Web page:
Because its not enough.  I want to weight a healthy weight.  I want to look attractive, especially to my wife.  Not only has she had to put with me (a feat in and of itself) but she’s had to put up with a fat me.  Not cool.

I want to buy clothes that fit, and are from Banana Republic, without having to go into emotional meltdown each time I try to put a shirt on and stuff down the feelings of insecurity that well up inside like a tsunami, with no forewarned reverberations from the earthquake that is getting dressed in the morning.

I want to like me.  Instead I hate the me that I have become.

And I have become what I have eaten.

In a backwards way, the old yarn about “You are what you eat” is actually a stones throw away from a theological truth – “you become what you worship.”  This is idolatry.  It wasn’t necessarily that it was wrong to fashion something out of wood, to have it in ones home or even to sell it to a neighbor.  What was wrong was that you looked to it to satisfy you.

When the bible talks in cryptic language about “hearing, but not understanding” or “seeing but not perceiving” (Luke 8:10; cf. Isaiah 6:9), it isn’t merely providing one of the better dialogues between Wesley Snipes and Woody Harrelson in White Men Can’t Jump. Its pointing to the ultimate and sad reality that, “What you revere you resemble, whether for your ruin or your restoration.” (G.K. Beale, You Become What You Worship).

“Oh I can hear Jimi, you say?”  No, you’re just listening.  You’re not hearing.

Self-fulfilment through personal effort is self-destruction.  This is the insatiable law of human life.  We all are seeking to carve out the life we think we want.  But in the end it turns around the carving knife we’re fashioning our idol out of   and chips away at us until there’s nothing left.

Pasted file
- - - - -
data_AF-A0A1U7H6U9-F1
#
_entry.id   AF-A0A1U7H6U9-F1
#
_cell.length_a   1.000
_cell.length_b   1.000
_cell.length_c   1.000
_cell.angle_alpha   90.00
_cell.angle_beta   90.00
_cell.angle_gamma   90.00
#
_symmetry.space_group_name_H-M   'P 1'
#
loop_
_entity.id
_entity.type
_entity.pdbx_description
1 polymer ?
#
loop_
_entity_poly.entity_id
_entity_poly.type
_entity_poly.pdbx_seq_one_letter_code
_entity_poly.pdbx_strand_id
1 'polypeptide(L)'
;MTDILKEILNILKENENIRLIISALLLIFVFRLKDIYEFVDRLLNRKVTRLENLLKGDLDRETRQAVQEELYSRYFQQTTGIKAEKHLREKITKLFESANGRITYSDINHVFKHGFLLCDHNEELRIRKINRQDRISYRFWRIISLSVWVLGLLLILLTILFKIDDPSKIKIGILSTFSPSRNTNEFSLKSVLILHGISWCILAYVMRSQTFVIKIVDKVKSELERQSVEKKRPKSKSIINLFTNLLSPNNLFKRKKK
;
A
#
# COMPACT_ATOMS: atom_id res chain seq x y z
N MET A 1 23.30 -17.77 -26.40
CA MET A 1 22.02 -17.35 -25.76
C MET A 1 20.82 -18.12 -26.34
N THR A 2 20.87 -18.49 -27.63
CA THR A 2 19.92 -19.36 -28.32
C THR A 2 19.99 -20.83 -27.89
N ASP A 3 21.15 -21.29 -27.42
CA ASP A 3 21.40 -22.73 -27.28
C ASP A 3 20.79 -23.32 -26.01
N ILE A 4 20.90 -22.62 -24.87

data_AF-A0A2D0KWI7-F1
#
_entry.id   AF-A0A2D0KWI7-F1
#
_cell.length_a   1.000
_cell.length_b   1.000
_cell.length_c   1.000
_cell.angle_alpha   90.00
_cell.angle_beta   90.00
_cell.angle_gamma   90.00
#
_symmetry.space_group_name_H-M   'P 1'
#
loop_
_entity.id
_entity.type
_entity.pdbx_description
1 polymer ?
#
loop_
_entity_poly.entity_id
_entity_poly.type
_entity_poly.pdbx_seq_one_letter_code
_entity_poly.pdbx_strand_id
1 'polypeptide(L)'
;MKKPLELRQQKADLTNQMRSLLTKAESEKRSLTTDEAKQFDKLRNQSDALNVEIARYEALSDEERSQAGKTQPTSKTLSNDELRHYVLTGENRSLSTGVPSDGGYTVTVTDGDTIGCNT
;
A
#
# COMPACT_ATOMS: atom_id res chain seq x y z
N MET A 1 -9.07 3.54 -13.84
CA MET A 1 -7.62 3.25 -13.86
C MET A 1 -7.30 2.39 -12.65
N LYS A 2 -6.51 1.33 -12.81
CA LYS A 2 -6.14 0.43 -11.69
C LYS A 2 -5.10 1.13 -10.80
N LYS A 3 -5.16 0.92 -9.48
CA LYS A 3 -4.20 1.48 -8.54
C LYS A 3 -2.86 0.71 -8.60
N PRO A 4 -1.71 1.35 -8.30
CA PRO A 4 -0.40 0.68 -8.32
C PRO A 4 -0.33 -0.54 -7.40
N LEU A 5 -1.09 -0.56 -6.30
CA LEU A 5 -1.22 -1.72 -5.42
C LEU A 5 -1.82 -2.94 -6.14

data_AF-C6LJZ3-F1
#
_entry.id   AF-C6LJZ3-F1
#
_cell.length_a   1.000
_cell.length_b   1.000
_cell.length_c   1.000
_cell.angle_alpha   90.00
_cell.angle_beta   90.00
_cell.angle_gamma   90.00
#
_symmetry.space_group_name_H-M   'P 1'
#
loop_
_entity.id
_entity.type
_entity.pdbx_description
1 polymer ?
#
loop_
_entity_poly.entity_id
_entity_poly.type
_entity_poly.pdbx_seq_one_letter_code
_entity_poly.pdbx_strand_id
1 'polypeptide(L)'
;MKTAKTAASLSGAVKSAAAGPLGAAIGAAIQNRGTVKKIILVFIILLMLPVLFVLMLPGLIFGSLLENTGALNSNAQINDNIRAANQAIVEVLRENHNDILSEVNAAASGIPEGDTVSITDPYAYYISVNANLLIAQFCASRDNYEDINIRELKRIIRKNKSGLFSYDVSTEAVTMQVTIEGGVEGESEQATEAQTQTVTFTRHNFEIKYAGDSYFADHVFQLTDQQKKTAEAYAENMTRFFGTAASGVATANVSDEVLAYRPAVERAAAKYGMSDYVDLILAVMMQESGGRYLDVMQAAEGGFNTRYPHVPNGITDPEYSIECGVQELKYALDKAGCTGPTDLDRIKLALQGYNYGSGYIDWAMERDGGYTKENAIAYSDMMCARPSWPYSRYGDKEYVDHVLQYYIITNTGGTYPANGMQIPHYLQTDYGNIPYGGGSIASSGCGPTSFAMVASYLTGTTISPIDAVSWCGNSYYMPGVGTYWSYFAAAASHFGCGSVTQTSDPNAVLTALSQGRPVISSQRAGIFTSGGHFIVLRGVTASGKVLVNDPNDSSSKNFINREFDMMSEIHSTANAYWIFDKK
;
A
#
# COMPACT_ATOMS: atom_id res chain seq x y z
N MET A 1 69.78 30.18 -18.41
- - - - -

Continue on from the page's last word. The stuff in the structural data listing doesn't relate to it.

We are destroyed by the work of our own hands.

Why do I launch into a discussion on idolatry after having cathartically cleansed my consciousness of self-loathing thoughts of angst against myself and expressions of envy towards others?

Because if I’m not careful, I’ll just trade one idolatry of comfort, ease, emotional security and gluttony through food, for another one of status, discipline, arrogance and pride through “the culture of cool.”

This is how sin works.  It promises us something, and we work to fashion something in our life to provide meaning, satisfaction and fulfillment, and before we know it, we’re “seeing, but not perceiving”, “hearing but not understanding”, “eating, but not being satisfied.”  “Living life, but hating the life you’re living.”

What’s funny is this is how Paul the Apostle felt too.  In a weird way, he may have been able to write this little blog post (of course, he would have different details), but he said something very similar to my own opening line.

“Wretched man that I am!  Who will deliver me from this body of death?”

“Thanks be to God through Jesus Christ!” (Romans 7:24-25)

That’s who!

The answer to the problem of my self-destructive behavior is not to jump out of  my Starbucks-pot of self-loathing only to land in the fire of the “culture of cool”.  The answer is found in someone who lived the life I should have lived (but didn’t) and who died the death I should have died (but won’t – now).

Can you hear Jimi now?  Or are you just listening?